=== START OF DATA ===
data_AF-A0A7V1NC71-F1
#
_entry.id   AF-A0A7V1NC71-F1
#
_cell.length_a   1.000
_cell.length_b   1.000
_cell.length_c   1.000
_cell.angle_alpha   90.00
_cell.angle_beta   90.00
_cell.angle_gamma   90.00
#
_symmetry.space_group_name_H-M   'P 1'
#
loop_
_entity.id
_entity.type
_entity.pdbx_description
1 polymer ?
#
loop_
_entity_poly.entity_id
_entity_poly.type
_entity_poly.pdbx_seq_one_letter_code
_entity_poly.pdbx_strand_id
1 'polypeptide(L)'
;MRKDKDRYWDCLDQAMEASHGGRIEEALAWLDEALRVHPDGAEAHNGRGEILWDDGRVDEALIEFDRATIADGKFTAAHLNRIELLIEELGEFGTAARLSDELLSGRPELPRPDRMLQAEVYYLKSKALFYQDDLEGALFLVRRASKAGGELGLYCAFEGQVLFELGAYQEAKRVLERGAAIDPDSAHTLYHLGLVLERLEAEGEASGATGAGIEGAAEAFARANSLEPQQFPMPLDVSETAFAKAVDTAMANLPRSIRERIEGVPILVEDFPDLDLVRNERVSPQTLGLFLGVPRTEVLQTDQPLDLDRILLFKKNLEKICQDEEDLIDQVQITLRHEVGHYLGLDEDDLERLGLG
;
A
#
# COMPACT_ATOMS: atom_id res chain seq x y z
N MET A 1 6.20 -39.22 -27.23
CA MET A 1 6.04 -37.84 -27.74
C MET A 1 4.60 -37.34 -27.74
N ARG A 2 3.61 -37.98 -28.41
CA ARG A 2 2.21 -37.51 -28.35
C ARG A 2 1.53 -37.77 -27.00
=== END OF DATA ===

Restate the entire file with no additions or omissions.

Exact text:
data_AF-A0A7V1NC71-F1
#
_entry.id   AF-A0A7V1NC71-F1
#
_cell.length_a   1.000
_cell.length_b   1.000
_cell.length_c   1.000
_cell.angle_alpha   90.00
_cell.angle_beta   90.00
_cell.angle_gamma   90.00
#
_symmetry.space_group_name_H-M   'P 1'
#
loop_
_entity.id
_entity.type
_entity.pdbx_description
1 polymer ?
#
loop_
_entity_poly.entity_id
_entity_poly.type
_entity_poly.pdbx_seq_one_letter_code
_entity_poly.pdbx_strand_id
1 'polypeptide(L)'
;MRKDKDRYWDCLDQAMEASHGGRIEEALAWLDEALRVHPDGAEAHNGRGEILWDDGRVDEALIEFDRATIADGKFTAAHLNRIELLIEELGEFGTAARLSDELLSGRPELPRPDRMLQAEVYYLKSKALFYQDDLEGALFLVRRASKAGGELGLYCAFEGQVLFELGAYQEAKRVLERGAAIDPDSAHTLYHLGLVLERLEAEGEASGATGAGIEGAAEAFARANSLEPQQFPMPLDVSETAFAKAVDTAMANLPRSIRERIEGVPILVEDFPDLDLVRNERVSPQTLGLFLGVPRTEVLQTDQPLDLDRILLFKKNLEKICQDEEDLIDQVQITLRHEVGHYLGLDEDDLERLGLG
;
A
#
# COMPACT_ATOMS: atom_id res chain seq x y z
N MET A 1 6.20 -39.22 -27.23
CA MET A 1 6.04 -37.84 -27.74
C MET A 1 4.60 -37.34 -27.74
N ARG A 2 3.61 -37.98 -28.41
CA ARG A 2 2.21 -37.51 -28.35
C ARG A 2 1.53 -37.77 -27.00